Men have absolutely no business competing in women’s sports. This opinion isn’t rooted in bigotry. It’s rooted in biology. Data from the National Institutes of Health (NIH) clearly demonstrates physical advantages men enjoy over women. • Females have 52 percent of the upper-body strength of males. • Females have 60 percent of the lower-body strength of their male counterparts. • Females have 45 percent less muscle tissue in their biceps, 41 percent less muscle tissue in their elbow flexors, 30 percent less muscle tissue in their thighs, and 25 percent less muscle tissue in their knees.

Here’s something else to consider. Allyson Felix is a U.S. Olympian and world-record holder in the 400-meter sprint. Her lifetime best in the event is 49.26 seconds. Based on a 2018 study, 300 high school boys would beat that time. Throughout the history of competitive sports, humans have strived to keep everything as fair as possible. We’ve banned performance-enhancing drugs. We’ve developed Special Olympics for athletes with intellectual disabilities and cognitive delays. We’ve developed the Paralympic Games for athletes with physical impairments. We’ve categorized athletes based on age and weight. And certainly, sex has always been the main categorization in sports. Transgender girls have every right to participate in sports. However, they should compete against other athletes of the same biological sex. That way, athletes like Selina won’t be marginalized and prevented from fully competing on equal footing.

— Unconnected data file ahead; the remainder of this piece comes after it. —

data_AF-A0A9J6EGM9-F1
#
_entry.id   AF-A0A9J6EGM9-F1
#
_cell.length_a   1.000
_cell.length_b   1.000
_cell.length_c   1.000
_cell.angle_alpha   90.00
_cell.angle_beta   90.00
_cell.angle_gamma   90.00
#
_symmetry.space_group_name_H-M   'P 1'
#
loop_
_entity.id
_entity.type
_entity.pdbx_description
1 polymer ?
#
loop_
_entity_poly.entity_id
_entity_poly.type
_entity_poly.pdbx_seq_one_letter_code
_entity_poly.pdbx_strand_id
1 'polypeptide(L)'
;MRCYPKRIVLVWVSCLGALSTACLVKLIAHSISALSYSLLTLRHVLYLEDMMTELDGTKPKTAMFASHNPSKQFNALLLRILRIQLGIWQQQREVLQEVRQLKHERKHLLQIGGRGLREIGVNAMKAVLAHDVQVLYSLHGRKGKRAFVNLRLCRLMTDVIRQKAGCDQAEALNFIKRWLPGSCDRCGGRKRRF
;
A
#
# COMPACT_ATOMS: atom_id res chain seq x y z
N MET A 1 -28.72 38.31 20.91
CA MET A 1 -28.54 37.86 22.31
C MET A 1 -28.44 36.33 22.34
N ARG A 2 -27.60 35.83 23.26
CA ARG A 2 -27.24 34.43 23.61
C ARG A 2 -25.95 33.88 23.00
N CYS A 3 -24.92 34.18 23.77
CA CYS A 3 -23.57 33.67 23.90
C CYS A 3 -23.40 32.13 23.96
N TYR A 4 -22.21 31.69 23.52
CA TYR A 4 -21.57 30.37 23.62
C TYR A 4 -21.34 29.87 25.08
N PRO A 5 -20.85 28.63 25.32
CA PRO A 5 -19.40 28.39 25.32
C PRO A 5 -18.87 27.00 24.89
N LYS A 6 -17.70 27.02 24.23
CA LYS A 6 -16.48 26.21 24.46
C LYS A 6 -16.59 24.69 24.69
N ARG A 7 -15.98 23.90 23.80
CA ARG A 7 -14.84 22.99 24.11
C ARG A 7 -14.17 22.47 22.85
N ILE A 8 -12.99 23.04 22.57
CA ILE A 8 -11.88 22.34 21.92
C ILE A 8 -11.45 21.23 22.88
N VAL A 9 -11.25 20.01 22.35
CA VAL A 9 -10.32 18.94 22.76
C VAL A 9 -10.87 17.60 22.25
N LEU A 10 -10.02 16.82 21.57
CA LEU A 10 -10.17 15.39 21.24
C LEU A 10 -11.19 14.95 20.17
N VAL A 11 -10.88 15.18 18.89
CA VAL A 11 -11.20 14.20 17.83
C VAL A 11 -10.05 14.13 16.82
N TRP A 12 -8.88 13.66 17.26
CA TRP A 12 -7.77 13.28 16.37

Hey, readers! Is there a particular subject that you would like me to write a commentary about? Tell me, via email, at james@akersmediagroup.com.

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Profile for Akers Media Group

Style Magazine, Village Edition, July 2021  

Style Magazine, Village Edition, July 2021